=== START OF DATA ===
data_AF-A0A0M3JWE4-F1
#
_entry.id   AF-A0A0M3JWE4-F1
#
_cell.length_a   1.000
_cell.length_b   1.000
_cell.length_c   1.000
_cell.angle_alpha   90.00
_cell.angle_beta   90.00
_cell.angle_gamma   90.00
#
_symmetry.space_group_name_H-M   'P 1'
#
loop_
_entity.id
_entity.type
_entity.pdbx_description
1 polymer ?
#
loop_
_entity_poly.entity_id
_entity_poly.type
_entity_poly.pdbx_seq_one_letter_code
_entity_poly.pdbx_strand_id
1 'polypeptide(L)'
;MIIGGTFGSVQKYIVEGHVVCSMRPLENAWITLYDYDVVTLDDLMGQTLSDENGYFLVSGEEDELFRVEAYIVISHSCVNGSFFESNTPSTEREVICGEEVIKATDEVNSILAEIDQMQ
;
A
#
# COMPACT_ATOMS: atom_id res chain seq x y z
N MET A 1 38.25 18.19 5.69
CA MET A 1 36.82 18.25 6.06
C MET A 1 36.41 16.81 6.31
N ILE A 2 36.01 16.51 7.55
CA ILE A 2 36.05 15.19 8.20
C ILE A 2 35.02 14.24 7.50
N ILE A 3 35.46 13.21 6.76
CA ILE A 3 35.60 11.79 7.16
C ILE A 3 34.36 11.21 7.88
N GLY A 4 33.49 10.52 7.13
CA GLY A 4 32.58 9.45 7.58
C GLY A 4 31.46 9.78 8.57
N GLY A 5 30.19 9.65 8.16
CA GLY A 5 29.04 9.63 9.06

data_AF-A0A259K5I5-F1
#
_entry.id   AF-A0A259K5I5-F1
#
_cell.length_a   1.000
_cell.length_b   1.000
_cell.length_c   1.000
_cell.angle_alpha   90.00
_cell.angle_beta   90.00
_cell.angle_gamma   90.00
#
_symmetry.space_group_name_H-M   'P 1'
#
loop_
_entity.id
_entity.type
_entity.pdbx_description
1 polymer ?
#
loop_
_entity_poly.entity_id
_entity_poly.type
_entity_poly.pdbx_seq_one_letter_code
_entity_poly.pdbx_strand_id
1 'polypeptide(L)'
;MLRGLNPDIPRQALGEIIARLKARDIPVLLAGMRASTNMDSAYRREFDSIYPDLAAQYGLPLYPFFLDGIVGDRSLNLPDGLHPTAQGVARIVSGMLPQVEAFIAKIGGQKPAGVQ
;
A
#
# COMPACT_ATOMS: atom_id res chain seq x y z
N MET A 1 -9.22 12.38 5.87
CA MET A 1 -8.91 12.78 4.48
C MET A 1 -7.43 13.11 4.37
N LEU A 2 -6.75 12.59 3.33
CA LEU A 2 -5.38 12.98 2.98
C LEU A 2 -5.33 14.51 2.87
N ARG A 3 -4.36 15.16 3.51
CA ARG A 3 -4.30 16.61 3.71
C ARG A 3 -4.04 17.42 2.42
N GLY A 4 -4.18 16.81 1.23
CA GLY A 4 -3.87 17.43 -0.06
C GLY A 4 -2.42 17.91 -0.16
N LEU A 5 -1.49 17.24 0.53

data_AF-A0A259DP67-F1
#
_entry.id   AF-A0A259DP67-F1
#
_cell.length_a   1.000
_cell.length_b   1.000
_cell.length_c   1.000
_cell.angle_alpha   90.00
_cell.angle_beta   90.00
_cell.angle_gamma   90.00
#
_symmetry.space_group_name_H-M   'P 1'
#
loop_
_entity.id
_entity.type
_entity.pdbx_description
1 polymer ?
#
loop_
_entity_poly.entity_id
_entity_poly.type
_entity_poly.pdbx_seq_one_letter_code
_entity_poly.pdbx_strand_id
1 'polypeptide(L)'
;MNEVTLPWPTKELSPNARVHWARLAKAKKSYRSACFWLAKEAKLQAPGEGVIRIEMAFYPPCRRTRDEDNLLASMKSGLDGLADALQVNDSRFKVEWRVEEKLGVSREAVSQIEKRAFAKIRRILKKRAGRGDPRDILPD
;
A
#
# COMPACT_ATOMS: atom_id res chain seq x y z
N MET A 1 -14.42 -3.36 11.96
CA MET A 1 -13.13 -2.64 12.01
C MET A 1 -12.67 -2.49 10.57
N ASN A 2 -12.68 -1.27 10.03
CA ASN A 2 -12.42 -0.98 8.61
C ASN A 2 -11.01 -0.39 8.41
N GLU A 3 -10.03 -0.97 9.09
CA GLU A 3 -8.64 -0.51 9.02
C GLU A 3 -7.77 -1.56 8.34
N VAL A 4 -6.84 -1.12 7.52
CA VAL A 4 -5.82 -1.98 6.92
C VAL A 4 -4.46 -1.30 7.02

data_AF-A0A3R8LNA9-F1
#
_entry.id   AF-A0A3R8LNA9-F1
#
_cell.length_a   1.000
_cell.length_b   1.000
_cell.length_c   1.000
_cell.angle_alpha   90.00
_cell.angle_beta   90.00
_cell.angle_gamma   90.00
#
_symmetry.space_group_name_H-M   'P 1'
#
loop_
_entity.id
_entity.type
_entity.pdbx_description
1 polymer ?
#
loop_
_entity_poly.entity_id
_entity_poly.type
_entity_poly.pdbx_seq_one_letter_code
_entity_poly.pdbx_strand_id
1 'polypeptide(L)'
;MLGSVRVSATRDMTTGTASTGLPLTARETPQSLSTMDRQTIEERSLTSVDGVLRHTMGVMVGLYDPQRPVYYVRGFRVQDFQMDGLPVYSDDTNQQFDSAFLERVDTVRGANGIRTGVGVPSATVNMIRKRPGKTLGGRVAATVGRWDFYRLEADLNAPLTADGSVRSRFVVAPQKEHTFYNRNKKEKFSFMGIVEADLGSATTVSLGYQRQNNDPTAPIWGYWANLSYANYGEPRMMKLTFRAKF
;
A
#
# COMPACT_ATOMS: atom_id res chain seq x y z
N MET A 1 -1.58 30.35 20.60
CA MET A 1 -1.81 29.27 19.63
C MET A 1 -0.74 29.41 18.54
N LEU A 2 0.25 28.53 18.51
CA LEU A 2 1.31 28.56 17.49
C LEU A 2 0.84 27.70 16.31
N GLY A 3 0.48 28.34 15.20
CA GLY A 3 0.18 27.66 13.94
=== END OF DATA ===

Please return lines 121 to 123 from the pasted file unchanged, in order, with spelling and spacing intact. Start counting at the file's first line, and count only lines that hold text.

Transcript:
N ASN A 2 -12.68 -1.27 10.03
CA ASN A 2 -12.42 -0.98 8.61
C ASN A 2 -11.01 -0.39 8.41